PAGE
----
Endocrine System Functions: Symptoms of Endocrine Disorders

The endocrine system comprises of a complex network of glands, which release hormones and neurotransmitters which play a crucial role in regulating the body’s important functions including metabolism, cellular growth and repair, organ functioning, etc.

Though the body comprises of six main endocrinal glands, they are all regulated by the master gland i.

e. the pituitary gland, located in sinuses behind the brain. Here are the important endocrine glands and their functions,

  • Pituitary gland: Also referred to as the master gland, this gland regulates the functioning of the other endocrinal gland, especially the thyroid gland. This gland plays important role in development of bones, regulating female’s menstrual cycles and breast milk.
  • Thyroid gland: This gland is located around the neck and controls the body’s metabolism.
  • Adrenal Glands: Located above the kidneys, these glands release cortisol and other steroid hormone responsible for the fight or flight response. They also regulate blood pressure, heart beat and perspiration.
  • Ovaries and Testes: Ovaries present in females release female hormones like estrogen and progesterone while Testes present in males release testosterone.
    These hormones are responsible for the manifestation of the masculine or feminine characteristics.
  • Pancreas: The islet cells release the hormone insulin and glucagon, which regulate the uptake of sugar by the body cells.

Signs And Symptoms Of Endocrine Disorders

The endocrines are a complex network of glands, which have a feedback and control system which helps balance and regulates the hormones in the blood stream. There are several factors that may lead to endocrine disorder which may range from faulty dietary practices to lesions or tumor in endocrinal glands.

Depending upon the gland that is involved, the manifestations of the symptoms may vary significantly. Here are some signs and symptoms associated with certain forms of endocrine disorders,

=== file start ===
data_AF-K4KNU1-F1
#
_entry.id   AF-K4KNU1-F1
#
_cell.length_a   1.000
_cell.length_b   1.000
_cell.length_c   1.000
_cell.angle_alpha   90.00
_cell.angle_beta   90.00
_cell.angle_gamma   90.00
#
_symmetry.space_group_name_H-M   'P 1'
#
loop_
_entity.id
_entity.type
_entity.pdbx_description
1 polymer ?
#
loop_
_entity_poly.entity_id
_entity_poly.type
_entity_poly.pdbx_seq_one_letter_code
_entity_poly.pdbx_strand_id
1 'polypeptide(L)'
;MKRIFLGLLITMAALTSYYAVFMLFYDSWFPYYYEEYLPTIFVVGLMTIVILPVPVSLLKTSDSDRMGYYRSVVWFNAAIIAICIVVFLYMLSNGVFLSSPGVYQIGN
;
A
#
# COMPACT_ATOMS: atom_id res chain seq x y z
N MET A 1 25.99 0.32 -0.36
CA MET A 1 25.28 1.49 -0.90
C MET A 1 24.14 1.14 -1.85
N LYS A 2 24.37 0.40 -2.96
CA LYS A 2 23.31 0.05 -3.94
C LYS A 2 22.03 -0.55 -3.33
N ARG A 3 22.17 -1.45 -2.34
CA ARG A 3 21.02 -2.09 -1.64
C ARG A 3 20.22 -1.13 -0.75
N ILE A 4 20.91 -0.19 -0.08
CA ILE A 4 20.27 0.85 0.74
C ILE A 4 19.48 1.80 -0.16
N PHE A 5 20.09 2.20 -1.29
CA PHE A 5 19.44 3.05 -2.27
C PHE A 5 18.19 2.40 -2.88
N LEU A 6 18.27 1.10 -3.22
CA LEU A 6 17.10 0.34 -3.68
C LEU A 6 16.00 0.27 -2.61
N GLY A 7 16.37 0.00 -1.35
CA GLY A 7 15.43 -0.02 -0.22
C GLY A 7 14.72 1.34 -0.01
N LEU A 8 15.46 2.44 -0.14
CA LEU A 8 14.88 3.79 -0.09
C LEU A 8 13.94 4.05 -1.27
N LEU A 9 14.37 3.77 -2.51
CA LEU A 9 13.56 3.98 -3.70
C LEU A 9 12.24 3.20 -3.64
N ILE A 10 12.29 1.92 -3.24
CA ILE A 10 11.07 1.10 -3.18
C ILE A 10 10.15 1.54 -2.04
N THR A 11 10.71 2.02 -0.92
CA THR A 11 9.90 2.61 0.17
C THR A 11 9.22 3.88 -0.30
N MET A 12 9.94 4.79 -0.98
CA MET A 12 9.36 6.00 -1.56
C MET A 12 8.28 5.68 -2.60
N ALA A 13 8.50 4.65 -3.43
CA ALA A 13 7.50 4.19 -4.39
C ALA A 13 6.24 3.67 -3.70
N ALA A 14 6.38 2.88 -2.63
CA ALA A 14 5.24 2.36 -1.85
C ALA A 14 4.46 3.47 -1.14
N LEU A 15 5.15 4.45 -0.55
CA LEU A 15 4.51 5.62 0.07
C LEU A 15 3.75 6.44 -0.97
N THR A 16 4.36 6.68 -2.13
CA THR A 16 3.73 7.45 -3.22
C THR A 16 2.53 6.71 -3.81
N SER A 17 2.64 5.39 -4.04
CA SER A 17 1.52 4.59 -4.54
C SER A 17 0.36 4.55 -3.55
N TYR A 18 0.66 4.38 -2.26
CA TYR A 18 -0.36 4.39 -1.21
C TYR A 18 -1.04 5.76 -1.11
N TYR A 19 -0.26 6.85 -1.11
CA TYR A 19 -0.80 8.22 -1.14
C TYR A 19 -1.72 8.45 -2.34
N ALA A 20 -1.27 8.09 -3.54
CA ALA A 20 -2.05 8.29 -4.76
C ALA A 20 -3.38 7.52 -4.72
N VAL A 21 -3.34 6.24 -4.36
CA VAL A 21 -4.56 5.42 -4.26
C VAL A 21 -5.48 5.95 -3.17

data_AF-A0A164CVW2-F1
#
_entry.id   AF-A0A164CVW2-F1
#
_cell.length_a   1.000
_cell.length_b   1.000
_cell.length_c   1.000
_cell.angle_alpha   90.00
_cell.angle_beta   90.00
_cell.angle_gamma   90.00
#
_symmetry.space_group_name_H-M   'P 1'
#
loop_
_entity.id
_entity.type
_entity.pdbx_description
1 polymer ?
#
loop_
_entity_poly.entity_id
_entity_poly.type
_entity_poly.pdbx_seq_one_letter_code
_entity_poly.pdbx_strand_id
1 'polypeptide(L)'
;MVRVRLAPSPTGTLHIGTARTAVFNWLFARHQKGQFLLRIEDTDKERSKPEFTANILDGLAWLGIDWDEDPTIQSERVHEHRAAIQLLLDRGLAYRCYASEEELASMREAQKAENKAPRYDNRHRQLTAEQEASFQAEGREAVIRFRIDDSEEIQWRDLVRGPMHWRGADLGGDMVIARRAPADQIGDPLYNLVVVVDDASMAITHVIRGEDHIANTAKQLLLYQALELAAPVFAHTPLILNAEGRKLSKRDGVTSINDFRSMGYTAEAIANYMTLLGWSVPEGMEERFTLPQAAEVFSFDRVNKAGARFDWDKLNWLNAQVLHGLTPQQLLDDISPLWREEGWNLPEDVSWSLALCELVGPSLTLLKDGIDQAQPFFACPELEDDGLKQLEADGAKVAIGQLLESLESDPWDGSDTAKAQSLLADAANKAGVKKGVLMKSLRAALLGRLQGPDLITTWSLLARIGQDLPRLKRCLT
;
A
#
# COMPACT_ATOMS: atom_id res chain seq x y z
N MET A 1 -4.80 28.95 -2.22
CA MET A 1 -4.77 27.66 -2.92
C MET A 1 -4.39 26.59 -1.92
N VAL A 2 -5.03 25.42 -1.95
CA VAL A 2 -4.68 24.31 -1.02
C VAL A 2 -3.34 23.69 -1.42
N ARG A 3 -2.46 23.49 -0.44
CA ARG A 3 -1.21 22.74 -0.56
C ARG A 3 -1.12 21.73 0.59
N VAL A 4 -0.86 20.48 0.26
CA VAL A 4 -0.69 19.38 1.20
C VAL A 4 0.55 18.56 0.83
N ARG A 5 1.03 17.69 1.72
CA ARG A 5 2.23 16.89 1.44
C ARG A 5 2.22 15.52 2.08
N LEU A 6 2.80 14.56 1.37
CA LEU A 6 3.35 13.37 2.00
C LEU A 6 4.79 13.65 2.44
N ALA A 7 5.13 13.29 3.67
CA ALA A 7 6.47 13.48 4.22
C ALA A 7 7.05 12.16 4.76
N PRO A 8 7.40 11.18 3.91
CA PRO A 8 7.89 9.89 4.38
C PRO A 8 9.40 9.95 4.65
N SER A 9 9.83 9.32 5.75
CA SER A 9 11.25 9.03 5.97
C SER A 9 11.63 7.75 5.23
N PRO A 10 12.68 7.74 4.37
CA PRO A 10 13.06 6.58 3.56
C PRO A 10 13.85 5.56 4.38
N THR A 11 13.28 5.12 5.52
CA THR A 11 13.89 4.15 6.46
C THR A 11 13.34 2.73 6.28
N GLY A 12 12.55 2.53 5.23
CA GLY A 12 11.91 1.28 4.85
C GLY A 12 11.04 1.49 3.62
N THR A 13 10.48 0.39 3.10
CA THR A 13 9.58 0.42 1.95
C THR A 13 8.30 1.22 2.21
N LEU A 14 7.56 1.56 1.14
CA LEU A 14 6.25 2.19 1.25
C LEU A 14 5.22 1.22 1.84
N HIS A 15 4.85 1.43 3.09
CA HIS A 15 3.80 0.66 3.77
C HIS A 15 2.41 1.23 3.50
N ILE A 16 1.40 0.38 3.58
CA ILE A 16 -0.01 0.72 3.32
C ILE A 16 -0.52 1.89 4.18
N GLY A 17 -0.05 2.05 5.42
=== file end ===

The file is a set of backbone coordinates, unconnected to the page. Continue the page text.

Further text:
• Diabetes is the most common endocrine disorder which is characterized by symptoms like increased thirst, increased urination and sudden weight loss. The condition is associated with elevated blood sugar levels leading to delay in wound healing, frequent pustules on the skin, etc.
  • Thyroid disorder is the second most common endocrine disorder. Hypothyroidism is associated with reduced metabolism resulting in obesity, lethargy, tiredness, chilliness, etc. Hyperthyroidism is linked with signs like exophthalmos (protruding eyes), unexplained weight loss, irritability, hyperactivity, etc.
  • Adrenal insufficiency is another endocrine disorder characterized by too little cortisol and aldosterone. The symptoms include skin changes, dehydration, stomach upset, fatigue, etc.
  • Cushing disease is a condition characterized by over-stimulation of the adrenal gland which is associated with symptoms like increased heart rate, blood pressure, breathlessness, etc.
  • Gigantism (and acromegaly) is a condition associated with overproduction of the Growth Hormone by the pituitary gland. The condition is associated with larger than normal size of bones, muscles, prognatia, etc.
  • Polycystic Ovarian Disease is a condition characterized by overproduction of androgen resulting in infertility in females and is associated with symptoms like weight gain and hirsutism.

Diagnosis Of Endocrine Disorders

Endocrine disorder is can be diagnosed based on symptomatology presentation and evaluation by endocrinologists. There are series of investigations which vary depending upon the specific gland that is involved.

Blood test and urine tests are performed to check the hormonal levels. Imaging studies are performed at a later stage in order to confirm the diagnosis or pinpoint a nodular growth or a tumor. The diagnostic criteria may differ depending upon the condition or the endocrinal gland affected.

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